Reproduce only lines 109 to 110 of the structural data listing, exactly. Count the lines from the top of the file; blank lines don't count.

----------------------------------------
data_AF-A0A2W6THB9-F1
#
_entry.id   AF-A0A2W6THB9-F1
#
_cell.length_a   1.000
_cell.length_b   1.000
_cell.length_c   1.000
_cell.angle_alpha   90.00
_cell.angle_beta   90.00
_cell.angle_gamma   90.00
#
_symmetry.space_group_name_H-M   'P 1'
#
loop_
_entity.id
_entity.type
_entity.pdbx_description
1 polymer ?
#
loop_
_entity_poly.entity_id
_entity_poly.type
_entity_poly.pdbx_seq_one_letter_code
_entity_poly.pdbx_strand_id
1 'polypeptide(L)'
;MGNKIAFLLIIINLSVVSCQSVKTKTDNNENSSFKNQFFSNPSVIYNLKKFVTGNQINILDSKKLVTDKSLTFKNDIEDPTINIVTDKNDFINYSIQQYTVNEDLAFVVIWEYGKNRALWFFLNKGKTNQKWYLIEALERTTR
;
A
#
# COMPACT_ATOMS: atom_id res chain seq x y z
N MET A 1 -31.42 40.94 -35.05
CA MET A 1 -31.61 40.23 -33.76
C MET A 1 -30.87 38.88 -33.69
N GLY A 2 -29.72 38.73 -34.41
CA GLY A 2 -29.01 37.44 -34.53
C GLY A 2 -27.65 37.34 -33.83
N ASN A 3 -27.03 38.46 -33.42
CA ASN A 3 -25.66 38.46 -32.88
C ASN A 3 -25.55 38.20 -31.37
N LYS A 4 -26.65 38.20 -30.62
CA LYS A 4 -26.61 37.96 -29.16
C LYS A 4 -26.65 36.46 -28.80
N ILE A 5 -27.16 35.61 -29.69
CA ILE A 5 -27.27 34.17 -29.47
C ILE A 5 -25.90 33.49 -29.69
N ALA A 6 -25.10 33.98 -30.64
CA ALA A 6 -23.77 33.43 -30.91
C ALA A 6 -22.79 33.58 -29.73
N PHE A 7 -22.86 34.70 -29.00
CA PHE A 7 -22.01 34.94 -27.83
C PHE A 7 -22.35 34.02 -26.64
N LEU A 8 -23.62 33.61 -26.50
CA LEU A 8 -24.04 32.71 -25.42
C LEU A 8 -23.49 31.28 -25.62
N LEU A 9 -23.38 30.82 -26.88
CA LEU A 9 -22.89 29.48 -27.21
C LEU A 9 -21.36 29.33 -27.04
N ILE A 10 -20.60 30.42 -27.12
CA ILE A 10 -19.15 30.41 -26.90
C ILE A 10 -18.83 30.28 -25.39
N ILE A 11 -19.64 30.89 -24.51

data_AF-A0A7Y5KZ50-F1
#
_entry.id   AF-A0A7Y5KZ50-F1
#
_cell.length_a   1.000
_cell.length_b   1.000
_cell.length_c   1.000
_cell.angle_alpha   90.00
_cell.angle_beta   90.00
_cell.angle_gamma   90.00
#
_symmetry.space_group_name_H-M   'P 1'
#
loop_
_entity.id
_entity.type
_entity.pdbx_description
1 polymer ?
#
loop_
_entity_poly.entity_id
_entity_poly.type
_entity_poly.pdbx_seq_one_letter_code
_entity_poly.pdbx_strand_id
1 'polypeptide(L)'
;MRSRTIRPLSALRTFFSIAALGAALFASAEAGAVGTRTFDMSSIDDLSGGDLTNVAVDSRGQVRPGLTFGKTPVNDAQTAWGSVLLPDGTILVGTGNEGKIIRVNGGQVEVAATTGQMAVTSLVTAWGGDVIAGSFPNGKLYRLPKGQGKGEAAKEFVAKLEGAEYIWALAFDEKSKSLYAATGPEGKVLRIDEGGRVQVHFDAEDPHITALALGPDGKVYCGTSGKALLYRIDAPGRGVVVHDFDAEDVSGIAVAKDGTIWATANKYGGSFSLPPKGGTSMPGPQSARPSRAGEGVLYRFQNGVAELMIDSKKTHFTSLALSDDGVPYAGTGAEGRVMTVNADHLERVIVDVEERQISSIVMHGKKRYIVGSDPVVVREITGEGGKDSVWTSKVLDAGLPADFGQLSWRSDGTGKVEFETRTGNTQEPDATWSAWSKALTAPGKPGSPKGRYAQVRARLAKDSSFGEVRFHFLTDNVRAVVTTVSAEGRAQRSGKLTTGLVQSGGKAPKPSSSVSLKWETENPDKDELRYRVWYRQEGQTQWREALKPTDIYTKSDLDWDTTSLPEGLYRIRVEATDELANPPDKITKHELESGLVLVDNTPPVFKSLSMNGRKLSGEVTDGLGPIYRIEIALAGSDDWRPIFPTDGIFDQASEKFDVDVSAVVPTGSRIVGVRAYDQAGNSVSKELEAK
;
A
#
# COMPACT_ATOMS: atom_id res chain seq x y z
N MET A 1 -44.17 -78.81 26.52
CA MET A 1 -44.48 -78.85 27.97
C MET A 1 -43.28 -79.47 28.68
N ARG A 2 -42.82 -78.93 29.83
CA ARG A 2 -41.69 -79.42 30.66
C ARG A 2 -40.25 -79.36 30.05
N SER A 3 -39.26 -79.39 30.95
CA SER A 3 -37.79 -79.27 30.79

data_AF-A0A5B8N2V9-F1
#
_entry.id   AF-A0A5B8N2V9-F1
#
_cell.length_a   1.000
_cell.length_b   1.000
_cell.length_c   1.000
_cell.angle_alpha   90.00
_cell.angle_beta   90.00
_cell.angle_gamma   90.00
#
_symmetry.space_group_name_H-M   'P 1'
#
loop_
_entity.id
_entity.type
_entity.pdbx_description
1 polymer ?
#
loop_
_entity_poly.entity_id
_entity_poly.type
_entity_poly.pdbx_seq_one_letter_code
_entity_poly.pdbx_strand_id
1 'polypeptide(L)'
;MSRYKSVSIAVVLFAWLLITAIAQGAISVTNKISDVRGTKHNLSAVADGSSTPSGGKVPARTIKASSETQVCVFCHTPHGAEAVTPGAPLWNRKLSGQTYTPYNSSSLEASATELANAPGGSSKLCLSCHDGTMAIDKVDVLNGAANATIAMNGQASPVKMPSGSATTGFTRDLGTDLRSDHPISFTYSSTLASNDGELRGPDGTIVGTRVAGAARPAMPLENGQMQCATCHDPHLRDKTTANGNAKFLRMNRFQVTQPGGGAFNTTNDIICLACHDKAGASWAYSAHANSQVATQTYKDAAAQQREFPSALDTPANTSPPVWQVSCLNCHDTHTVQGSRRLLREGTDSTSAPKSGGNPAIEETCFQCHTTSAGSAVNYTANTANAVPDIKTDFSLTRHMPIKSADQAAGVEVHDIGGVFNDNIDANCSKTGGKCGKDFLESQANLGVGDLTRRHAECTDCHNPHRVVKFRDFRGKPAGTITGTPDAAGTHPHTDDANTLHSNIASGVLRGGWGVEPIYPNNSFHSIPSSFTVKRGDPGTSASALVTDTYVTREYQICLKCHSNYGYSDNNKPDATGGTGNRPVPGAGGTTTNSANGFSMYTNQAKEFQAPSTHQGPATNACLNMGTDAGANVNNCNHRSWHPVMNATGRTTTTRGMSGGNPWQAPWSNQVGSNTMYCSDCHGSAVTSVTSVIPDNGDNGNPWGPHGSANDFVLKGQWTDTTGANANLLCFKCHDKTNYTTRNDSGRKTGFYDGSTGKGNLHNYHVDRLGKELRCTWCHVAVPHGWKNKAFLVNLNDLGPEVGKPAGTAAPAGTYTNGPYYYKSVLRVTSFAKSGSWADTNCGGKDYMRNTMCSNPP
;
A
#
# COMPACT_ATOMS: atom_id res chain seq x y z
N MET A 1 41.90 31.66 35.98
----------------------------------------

_cell.angle_gamma   90.00
#